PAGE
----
Hunt spelled out how to use Web services to access mainframe (IMS and CICS) transactions and extend them out to the enterprise at large (“J2EE and .NET, or other enterprise applications”), with no changes to host applications.
“What we are speaking about,” Hunt says, “is extending host transactions to off-host applications, whether those are Java-based applications, C++, or other legacy-type applications that simply aren't running on the mainframe.
“We're talking about using Web Services' program-to-program connections; with Web Services being SOAP or XML for the message format; as well as using different transports, not necessarily just HTTP, but MQ or IIOP, as the way of moving those messages to and from the host.
“The goal,” Hunt continued, “is to access those critical business processes and that data from anywhere in the enterprise. And this is where Web services really give us a leg up. New applications need to be able to incorporate host-based business processes, and by doing so, increase your business's agility, while realizing significant return on the investment that you've made in your mainframe and your mainframe business processes.”
The way to do all that, Hunt asserted, is via IONA’s Artix family of products, particularly Artix Mainframe which, he says, “securely extends IMS and CICS transactions to the enterprise as Web services.
“There are many products on the market that enable in some form the ability to access CICS and IMS transactions. But there are in fact very few products on the market that enable CICS and IMS transactions as fully standard Web services.”
“What Artix Mainframe does,” Hunt explained, “is transparently manage the data conversions between XML and the native IMS and CICS formats. And it does this without touching the applications directly. It does not disrupt any of the ongoing operation, but manages this translation so that, from the IMS or CICS subsystem's point of view, it's simply being invoked the way it's always been invoked.
“Artix Mainframe runs on the host as a single task, which enables system administrators to maintain control over the process. In other words, we're not running off-host, where loads cannot be anticipated, where the process cannot be monitored. We're running on the host, as part of the mainframe environment, and the system administrator has full authority over the process and how it's operating.”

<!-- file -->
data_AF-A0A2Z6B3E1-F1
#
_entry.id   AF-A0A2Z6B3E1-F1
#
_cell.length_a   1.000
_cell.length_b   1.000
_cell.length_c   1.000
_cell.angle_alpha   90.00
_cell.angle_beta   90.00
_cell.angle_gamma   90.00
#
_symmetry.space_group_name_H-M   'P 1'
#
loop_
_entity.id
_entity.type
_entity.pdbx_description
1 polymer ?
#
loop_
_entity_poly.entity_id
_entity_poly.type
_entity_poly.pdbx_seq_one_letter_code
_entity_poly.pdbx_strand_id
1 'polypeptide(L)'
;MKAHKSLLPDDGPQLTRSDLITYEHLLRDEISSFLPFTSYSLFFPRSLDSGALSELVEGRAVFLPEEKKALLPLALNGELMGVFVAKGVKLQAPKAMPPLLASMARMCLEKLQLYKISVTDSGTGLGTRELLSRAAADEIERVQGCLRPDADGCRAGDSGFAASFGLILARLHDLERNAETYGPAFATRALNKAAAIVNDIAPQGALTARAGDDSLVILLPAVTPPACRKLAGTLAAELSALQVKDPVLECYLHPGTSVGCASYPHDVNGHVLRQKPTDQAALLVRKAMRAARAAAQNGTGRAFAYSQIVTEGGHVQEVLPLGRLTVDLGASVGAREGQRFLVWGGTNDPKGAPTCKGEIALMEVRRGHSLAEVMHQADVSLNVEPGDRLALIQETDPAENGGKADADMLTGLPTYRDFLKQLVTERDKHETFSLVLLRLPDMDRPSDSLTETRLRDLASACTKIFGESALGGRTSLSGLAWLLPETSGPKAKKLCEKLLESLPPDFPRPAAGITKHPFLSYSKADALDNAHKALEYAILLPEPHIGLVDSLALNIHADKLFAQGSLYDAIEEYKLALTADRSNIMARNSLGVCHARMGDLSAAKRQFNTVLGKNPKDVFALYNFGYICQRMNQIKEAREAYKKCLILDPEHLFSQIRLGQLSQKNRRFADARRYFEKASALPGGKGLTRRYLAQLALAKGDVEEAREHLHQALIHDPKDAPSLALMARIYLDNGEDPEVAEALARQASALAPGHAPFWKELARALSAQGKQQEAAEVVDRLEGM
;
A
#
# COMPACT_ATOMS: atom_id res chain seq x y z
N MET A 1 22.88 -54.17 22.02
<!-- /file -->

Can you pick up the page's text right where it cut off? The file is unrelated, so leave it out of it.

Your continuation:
In addition, “Performance is generally not just an option in any environment, and when we're talking about driving transactions and some of the high-volume back-end transactions that CICS and IMS support, Artix Mainframe delivers that performance.
“We also authenticate off those clients using native host-based security and access control. So no unauthorized operations, no unauthorized users, have access to these sometimes sensitive business processes.”
Hunt went into what Artix Mainframe doesn’t do.
“(It) does not ask that you change your production application, that you buy or license new and (usually) optional subsystems that require additional licenses, additional configurations. We also do not require any form of mainframe Java, so we're not asking you to put a Java or J2EE application server on your host, and we don't require one off-host. We do not ask you to use Java in any flavor or fashion. Those are some of the ways in which Artix Mainframe sets itself apart from some of the other solutions that are on the market for extending CICS and IMS transactions to the enterprise.”
“The whole point of all this is to bring business agility,” Hunt emphasized, “by enabling you to reuse existing mainframe-hosted transactions and bring those proven processes out to off-host transactions so they can very quickly be incorporated into new business processes.”
Hunt served up a real-life example of a company that deployed Artix in roughly four hours.
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